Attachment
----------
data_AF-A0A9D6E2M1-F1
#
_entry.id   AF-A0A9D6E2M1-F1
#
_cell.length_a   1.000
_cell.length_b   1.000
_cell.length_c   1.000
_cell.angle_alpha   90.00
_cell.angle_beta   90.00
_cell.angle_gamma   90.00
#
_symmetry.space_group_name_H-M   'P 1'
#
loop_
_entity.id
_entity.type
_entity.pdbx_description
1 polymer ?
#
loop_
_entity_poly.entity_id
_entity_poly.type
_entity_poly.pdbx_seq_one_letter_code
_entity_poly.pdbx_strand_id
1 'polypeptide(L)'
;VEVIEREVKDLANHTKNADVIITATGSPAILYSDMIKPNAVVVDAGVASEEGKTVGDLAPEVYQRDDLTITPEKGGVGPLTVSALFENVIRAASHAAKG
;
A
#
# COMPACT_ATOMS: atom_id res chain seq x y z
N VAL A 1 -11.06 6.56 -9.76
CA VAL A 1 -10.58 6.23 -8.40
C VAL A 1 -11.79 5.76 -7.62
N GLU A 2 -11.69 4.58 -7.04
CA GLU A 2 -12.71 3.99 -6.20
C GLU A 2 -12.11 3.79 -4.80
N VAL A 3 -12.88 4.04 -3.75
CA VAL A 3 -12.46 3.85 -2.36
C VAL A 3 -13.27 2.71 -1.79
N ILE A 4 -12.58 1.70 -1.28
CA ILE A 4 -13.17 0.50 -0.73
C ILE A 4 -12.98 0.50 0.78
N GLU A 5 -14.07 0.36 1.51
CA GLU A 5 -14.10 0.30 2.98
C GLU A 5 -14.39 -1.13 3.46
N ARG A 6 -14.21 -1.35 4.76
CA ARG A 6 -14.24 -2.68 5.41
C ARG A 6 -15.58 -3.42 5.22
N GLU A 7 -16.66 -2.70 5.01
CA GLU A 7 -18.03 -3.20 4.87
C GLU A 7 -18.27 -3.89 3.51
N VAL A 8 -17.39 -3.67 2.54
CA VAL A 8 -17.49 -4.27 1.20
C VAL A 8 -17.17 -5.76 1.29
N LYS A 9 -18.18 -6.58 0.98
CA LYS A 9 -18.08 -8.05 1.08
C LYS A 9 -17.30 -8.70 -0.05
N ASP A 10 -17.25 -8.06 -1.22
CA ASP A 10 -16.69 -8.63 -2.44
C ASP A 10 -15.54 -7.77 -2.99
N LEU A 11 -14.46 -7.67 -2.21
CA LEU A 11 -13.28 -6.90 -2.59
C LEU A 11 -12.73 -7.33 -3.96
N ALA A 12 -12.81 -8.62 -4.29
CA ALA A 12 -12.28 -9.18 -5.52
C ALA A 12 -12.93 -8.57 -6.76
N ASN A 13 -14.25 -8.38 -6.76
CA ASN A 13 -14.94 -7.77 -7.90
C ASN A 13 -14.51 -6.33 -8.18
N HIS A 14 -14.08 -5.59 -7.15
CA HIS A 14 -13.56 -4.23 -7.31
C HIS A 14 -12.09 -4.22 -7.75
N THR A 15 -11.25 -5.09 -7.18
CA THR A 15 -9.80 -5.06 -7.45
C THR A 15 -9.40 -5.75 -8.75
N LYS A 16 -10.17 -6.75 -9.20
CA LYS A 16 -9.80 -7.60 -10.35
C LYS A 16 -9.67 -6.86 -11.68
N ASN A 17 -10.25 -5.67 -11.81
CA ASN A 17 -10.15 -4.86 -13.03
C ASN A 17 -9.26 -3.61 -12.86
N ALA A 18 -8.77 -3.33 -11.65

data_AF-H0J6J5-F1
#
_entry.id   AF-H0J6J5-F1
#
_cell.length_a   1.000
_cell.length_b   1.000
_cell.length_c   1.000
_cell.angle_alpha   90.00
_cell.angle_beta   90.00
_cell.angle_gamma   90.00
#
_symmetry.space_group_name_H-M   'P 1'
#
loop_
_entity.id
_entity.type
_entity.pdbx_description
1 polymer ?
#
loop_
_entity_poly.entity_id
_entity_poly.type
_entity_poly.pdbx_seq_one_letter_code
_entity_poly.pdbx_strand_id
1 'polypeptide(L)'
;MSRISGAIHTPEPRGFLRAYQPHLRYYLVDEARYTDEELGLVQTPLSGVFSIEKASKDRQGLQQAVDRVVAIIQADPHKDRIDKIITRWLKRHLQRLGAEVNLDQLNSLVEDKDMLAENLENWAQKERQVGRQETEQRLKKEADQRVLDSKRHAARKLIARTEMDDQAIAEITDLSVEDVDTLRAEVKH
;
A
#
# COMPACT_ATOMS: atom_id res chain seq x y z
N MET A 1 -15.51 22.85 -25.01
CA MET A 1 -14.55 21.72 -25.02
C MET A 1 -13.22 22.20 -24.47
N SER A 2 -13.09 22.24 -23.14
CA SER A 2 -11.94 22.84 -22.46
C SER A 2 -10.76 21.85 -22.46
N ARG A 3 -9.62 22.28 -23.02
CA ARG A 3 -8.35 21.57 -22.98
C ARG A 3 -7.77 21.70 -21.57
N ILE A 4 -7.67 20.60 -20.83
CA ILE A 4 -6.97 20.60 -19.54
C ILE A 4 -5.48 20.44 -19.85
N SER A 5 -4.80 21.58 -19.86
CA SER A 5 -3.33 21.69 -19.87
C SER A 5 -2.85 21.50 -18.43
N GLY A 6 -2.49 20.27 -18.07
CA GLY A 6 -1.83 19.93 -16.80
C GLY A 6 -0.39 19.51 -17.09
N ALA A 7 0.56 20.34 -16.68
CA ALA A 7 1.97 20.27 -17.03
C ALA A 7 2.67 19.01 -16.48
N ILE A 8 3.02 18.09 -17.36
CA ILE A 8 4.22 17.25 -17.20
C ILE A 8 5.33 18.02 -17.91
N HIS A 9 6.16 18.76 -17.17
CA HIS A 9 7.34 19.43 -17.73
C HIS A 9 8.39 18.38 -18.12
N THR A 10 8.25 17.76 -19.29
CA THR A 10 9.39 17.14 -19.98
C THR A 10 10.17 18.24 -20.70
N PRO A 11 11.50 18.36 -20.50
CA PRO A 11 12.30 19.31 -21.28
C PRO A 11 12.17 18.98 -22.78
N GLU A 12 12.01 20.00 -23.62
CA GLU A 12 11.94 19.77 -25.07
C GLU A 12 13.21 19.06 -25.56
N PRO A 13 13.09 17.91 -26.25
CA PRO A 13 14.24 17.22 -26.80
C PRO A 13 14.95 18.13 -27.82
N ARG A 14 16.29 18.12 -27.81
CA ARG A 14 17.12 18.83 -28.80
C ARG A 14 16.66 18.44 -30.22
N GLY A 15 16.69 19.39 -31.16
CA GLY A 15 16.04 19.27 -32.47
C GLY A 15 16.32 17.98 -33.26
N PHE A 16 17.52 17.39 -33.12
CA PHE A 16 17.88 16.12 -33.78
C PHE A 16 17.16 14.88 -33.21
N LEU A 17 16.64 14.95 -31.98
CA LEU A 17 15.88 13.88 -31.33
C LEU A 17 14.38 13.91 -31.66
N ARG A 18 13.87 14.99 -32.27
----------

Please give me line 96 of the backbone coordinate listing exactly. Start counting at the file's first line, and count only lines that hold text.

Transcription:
loop_